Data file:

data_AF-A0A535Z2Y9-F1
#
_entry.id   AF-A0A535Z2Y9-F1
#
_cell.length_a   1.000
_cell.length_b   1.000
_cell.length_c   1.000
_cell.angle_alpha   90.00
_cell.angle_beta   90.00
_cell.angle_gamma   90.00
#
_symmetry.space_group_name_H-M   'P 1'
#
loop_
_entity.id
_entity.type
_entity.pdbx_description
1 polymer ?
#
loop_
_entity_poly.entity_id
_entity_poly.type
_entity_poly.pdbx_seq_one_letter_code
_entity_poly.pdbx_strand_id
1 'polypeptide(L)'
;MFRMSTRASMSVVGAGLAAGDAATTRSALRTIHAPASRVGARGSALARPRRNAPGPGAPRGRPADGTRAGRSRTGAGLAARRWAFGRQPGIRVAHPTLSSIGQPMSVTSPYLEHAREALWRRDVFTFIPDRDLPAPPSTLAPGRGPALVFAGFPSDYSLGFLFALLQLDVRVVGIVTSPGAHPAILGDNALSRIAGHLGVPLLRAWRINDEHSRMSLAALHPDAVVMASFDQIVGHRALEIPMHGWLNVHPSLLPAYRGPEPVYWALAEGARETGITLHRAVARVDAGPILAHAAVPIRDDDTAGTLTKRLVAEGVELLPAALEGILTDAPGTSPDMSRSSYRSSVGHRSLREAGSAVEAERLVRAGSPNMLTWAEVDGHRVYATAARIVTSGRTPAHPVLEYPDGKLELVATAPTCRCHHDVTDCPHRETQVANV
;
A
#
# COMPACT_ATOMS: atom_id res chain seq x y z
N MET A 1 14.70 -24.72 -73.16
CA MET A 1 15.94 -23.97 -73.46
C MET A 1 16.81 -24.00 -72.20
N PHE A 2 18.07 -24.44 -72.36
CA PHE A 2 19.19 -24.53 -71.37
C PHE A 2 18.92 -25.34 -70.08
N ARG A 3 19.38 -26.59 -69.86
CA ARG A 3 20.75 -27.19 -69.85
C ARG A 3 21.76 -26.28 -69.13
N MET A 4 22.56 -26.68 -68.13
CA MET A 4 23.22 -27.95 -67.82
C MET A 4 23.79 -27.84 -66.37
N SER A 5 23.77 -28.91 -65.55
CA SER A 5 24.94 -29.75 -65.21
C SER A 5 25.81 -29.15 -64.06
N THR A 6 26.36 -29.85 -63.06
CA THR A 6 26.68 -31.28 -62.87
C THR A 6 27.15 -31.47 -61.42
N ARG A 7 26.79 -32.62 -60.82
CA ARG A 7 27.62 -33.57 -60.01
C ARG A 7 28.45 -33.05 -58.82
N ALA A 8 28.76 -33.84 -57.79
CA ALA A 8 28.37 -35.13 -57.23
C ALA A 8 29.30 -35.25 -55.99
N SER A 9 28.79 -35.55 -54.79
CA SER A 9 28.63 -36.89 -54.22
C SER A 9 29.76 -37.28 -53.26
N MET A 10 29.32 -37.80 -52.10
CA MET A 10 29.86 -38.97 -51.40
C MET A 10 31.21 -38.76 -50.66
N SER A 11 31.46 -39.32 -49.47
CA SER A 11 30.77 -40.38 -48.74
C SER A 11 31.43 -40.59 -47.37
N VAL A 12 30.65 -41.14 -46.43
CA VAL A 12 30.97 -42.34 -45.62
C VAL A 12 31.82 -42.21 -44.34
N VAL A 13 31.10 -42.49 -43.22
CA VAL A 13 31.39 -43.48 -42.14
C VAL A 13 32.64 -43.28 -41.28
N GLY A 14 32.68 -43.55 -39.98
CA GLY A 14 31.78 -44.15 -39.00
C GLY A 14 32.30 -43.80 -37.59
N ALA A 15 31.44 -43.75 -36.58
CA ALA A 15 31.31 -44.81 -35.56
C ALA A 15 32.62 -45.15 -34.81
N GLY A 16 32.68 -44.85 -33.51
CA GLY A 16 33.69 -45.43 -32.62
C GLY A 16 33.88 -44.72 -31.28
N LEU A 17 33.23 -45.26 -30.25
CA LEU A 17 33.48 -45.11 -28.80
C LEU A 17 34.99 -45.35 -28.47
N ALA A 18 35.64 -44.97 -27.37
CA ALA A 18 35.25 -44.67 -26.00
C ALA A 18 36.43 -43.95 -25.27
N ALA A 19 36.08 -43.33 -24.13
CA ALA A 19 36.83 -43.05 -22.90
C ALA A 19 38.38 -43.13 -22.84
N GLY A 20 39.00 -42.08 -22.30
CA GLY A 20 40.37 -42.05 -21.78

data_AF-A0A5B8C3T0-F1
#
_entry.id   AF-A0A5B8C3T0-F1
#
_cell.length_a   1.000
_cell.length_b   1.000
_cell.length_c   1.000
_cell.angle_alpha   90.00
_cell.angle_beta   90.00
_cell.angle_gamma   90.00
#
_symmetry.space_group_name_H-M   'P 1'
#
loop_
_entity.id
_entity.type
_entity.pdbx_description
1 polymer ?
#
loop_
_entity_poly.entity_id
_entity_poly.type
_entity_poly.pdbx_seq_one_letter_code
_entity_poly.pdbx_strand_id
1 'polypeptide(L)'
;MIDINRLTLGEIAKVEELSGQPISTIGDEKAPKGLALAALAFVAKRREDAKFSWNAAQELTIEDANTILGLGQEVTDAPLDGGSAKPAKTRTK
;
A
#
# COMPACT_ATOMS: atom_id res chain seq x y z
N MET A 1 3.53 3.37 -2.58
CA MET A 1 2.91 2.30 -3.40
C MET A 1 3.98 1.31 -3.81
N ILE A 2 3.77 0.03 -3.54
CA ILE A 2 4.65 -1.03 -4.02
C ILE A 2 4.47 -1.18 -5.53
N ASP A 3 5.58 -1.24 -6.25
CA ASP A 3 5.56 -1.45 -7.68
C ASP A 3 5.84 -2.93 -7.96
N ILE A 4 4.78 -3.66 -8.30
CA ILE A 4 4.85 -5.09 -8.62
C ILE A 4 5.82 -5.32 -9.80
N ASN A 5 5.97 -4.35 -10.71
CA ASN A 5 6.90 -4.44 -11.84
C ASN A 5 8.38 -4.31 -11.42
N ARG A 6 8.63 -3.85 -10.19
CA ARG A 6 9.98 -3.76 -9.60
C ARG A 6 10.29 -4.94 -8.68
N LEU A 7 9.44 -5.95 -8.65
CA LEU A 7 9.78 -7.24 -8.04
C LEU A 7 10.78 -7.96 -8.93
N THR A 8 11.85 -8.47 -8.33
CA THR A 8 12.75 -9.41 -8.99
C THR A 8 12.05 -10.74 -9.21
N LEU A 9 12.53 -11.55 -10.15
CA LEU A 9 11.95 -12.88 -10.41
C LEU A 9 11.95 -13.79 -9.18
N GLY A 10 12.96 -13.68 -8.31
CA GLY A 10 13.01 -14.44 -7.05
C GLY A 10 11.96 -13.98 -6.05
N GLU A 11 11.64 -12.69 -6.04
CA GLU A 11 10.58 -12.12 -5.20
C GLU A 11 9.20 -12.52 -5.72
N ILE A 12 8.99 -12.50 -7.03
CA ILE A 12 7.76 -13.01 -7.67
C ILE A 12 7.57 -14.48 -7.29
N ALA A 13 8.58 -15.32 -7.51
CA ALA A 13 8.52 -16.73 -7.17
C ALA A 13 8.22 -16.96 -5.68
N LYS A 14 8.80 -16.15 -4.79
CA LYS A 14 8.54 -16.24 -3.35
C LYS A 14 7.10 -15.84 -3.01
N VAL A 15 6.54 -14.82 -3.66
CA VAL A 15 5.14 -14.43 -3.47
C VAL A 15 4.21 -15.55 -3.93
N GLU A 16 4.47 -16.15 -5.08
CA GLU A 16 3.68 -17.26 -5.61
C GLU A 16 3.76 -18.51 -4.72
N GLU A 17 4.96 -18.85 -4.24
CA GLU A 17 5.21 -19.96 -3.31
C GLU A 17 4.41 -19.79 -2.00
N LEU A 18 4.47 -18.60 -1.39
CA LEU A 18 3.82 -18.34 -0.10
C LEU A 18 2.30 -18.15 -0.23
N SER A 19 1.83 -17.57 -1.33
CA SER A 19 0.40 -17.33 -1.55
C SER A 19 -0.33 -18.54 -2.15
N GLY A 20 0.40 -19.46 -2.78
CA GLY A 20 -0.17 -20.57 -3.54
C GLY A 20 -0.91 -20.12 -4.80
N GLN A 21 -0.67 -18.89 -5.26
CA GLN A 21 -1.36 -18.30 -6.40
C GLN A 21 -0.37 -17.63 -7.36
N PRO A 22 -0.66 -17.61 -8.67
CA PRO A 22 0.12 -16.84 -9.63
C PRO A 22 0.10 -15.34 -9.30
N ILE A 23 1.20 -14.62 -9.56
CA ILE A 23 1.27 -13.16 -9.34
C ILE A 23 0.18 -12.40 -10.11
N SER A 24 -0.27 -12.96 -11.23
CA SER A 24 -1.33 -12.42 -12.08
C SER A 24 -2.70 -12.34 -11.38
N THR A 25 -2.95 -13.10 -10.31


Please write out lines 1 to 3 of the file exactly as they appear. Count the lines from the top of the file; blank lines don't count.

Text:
data_AF-A0A535Z2Y9-F1
#
_entry.id   AF-A0A535Z2Y9-F1